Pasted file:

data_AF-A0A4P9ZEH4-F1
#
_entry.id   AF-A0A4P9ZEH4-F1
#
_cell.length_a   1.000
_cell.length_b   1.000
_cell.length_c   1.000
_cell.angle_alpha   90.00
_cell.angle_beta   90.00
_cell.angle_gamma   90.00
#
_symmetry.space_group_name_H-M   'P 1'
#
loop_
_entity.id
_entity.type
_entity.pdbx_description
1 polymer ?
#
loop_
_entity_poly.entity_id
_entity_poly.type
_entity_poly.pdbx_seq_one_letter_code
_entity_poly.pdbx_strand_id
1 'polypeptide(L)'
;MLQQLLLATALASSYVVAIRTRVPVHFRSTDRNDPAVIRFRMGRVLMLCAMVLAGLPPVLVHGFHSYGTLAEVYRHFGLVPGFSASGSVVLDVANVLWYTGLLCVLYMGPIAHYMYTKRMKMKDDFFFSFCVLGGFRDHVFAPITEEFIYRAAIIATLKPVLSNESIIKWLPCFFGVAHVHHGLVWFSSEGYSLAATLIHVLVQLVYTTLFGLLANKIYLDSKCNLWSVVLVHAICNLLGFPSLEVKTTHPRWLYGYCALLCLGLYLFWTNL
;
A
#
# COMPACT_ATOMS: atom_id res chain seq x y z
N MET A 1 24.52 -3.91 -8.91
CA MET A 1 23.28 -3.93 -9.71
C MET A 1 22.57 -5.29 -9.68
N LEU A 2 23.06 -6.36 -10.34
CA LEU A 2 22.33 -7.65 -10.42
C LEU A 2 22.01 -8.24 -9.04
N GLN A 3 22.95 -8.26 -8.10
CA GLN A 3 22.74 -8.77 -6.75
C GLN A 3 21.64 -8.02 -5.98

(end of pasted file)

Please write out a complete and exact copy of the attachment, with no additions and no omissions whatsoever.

data_AF-A0A4P9ZEH4-F1
#
_entry.id   AF-A0A4P9ZEH4-F1
#
_cell.length_a   1.000
_cell.length_b   1.000
_cell.length_c   1.000
_cell.angle_alpha   90.00
_cell.angle_beta   90.00
_cell.angle_gamma   90.00
#
_symmetry.space_group_name_H-M   'P 1'
#
loop_
_entity.id
_entity.type
_entity.pdbx_description
1 polymer ?
#
loop_
_entity_poly.entity_id
_entity_poly.type
_entity_poly.pdbx_seq_one_letter_code
_entity_poly.pdbx_strand_id
1 'polypeptide(L)'
;MLQQLLLATALASSYVVAIRTRVPVHFRSTDRNDPAVIRFRMGRVLMLCAMVLAGLPPVLVHGFHSYGTLAEVYRHFGLVPGFSASGSVVLDVANVLWYTGLLCVLYMGPIAHYMYTKRMKMKDDFFFSFCVLGGFRDHVFAPITEEFIYRAAIIATLKPVLSNESIIKWLPCFFGVAHVHHGLVWFSSEGYSLAATLIHVLVQLVYTTLFGLLANKIYLDSKCNLWSVVLVHAICNLLGFPSLEVKTTHPRWLYGYCALLCLGLYLFWTNL
;
A
#
# COMPACT_ATOMS: atom_id res chain seq x y z
N MET A 1 24.52 -3.91 -8.91
CA MET A 1 23.28 -3.93 -9.71
C MET A 1 22.57 -5.29 -9.68
N LEU A 2 23.06 -6.36 -10.34
CA LEU A 2 22.33 -7.65 -10.42
C LEU A 2 22.01 -8.24 -9.04
N GLN A 3 22.95 -8.26 -8.10
CA GLN A 3 22.74 -8.77 -6.75
C GLN A 3 21.64 -8.02 -5.98